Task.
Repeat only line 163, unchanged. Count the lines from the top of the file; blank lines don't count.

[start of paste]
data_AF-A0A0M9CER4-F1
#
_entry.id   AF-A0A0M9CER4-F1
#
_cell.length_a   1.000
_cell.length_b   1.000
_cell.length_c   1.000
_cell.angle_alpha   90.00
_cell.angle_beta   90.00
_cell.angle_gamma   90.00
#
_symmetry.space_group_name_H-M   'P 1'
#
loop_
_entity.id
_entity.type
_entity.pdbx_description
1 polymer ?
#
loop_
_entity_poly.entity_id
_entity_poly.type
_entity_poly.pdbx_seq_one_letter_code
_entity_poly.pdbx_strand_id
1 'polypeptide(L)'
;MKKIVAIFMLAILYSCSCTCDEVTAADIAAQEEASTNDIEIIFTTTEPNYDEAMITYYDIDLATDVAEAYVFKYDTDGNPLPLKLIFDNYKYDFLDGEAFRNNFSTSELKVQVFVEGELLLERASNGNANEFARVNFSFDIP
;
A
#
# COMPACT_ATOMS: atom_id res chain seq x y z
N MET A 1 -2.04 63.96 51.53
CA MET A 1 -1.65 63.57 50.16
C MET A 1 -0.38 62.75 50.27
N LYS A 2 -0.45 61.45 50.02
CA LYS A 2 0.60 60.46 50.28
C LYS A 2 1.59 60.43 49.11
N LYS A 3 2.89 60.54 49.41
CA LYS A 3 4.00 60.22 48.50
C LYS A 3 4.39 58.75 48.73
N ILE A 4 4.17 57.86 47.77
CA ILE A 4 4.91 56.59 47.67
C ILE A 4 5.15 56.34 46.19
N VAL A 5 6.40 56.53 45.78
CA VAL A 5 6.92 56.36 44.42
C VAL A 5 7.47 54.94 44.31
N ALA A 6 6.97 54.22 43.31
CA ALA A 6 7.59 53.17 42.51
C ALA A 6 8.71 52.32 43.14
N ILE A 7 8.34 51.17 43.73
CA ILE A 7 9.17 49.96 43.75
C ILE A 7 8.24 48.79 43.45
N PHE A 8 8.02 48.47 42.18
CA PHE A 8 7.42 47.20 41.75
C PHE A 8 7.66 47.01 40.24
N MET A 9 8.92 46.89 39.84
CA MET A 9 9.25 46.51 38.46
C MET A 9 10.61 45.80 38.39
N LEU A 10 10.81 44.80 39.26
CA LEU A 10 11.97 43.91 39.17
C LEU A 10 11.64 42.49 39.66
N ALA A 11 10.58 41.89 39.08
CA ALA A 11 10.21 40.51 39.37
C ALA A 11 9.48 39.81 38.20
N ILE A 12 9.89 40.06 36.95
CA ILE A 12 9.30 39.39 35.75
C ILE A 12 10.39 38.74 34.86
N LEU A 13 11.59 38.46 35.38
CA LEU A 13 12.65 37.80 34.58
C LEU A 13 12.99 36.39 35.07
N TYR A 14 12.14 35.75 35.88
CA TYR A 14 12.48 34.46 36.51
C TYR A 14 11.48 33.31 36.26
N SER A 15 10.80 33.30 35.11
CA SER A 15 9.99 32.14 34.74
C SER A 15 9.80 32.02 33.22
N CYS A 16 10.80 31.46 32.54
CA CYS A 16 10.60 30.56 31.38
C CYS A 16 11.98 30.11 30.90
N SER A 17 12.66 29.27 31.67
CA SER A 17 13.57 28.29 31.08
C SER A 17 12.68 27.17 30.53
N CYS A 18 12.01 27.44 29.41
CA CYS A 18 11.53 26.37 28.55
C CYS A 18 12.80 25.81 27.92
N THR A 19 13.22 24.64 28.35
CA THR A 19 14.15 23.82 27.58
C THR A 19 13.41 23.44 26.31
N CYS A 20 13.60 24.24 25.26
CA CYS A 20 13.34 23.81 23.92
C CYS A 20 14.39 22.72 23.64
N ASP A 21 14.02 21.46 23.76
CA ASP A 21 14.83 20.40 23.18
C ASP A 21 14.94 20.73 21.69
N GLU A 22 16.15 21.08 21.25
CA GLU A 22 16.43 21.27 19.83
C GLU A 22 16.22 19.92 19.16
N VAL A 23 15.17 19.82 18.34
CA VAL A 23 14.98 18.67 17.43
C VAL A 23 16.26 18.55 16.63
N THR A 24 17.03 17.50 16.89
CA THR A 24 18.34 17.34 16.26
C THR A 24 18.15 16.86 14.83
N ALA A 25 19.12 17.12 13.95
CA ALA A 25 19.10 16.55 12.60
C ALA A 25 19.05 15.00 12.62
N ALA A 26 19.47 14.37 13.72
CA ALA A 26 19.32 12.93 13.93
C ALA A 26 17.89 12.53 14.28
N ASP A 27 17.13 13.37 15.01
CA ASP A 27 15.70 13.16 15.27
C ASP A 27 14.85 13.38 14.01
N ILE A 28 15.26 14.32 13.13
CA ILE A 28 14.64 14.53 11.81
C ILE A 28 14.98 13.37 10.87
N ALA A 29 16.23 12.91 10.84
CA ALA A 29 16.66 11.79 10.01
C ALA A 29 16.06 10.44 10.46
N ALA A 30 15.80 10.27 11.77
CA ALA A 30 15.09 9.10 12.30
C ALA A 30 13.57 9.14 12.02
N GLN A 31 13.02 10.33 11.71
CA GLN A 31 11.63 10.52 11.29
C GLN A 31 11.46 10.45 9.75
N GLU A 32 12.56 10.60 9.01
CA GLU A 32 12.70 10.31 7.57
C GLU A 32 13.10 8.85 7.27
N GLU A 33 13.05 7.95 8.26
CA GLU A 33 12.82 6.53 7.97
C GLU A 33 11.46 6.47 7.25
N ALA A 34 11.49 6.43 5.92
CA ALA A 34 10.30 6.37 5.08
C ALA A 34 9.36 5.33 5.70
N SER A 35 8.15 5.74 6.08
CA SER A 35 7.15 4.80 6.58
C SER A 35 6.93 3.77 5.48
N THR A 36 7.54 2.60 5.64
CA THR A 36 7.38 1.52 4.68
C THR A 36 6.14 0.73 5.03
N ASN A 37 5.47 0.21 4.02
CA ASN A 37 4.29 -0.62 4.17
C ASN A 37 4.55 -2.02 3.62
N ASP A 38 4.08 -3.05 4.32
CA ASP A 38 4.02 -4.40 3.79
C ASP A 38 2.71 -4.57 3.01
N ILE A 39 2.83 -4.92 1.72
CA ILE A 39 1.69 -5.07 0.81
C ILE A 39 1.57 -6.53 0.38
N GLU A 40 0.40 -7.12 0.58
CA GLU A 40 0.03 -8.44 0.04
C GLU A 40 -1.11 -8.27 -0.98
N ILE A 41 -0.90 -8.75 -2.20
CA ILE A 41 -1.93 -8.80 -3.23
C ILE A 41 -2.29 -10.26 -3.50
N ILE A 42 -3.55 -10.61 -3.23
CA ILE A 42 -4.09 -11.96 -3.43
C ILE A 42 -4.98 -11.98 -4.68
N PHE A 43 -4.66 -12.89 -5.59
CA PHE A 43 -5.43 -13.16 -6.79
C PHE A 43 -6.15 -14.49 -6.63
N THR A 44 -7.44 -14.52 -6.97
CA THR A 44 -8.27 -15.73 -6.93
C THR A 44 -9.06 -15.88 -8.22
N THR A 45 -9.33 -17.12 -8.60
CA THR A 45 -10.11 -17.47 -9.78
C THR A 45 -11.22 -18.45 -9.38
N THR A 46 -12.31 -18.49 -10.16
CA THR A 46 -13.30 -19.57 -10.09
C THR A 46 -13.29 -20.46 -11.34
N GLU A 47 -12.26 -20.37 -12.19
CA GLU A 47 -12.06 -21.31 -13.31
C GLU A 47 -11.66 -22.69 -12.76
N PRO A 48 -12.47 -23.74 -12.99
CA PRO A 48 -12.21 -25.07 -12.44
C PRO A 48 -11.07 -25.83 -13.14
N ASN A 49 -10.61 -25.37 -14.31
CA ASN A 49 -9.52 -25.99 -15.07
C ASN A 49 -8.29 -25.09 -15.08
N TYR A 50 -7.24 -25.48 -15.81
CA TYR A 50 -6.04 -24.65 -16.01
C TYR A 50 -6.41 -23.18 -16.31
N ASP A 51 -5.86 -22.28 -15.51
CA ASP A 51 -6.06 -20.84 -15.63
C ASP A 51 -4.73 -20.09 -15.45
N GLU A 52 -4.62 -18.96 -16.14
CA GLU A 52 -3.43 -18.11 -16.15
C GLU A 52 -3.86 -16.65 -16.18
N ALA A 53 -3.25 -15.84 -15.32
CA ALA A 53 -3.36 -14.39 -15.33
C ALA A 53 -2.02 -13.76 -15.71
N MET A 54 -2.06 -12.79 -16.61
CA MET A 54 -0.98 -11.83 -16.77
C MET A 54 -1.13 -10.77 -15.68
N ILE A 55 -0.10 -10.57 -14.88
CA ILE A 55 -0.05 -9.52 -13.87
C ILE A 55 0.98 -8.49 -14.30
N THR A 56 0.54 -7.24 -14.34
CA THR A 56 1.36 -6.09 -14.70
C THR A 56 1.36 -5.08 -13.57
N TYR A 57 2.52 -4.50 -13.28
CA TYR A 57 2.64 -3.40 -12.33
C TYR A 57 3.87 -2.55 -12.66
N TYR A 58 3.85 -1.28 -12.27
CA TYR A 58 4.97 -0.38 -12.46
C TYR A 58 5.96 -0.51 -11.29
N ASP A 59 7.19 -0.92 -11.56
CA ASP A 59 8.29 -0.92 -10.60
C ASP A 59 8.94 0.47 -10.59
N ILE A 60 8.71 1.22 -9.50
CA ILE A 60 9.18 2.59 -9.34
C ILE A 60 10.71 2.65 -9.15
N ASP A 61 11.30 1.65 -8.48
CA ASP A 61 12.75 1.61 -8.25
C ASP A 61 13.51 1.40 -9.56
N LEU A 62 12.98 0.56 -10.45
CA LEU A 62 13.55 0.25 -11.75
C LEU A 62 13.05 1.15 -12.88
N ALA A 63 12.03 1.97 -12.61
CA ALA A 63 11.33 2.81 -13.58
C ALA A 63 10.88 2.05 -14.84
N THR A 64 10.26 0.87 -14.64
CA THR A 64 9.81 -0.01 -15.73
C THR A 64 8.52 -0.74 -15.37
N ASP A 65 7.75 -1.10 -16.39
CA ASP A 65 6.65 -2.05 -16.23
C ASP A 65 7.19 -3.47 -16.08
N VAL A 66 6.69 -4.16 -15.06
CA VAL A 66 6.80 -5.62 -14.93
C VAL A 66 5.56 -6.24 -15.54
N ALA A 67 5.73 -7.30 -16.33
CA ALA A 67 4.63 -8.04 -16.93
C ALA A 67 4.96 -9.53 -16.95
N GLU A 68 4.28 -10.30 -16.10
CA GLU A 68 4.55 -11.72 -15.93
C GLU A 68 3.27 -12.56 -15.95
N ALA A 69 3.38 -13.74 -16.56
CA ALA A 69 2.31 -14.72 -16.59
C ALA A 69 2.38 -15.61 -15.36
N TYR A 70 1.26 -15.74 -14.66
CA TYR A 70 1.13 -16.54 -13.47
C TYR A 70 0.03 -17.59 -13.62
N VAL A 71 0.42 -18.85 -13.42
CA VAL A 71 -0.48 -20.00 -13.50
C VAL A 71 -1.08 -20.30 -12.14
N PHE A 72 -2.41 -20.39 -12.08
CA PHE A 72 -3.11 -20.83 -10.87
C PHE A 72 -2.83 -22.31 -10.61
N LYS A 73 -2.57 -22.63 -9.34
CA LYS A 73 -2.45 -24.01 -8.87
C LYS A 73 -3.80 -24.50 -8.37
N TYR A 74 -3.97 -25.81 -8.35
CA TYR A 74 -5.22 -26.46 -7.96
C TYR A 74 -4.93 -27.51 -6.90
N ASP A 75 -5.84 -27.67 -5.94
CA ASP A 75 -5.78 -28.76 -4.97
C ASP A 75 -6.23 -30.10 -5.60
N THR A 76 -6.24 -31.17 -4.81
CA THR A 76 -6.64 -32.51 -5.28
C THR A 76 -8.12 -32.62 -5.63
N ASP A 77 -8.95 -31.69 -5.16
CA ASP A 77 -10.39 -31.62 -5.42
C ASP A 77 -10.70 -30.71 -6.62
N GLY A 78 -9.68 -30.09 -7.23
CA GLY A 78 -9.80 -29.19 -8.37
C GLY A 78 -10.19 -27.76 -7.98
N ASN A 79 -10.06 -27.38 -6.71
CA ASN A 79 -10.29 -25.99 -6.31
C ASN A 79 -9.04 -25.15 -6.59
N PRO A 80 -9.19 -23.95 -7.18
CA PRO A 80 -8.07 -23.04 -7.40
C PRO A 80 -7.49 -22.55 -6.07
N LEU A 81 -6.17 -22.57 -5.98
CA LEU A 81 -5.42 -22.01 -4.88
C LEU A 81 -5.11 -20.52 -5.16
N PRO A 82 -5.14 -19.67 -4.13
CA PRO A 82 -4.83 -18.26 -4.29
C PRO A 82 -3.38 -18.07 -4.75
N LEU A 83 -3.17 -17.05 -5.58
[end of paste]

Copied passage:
N THR A 45 -9.33 -17.12 -8.60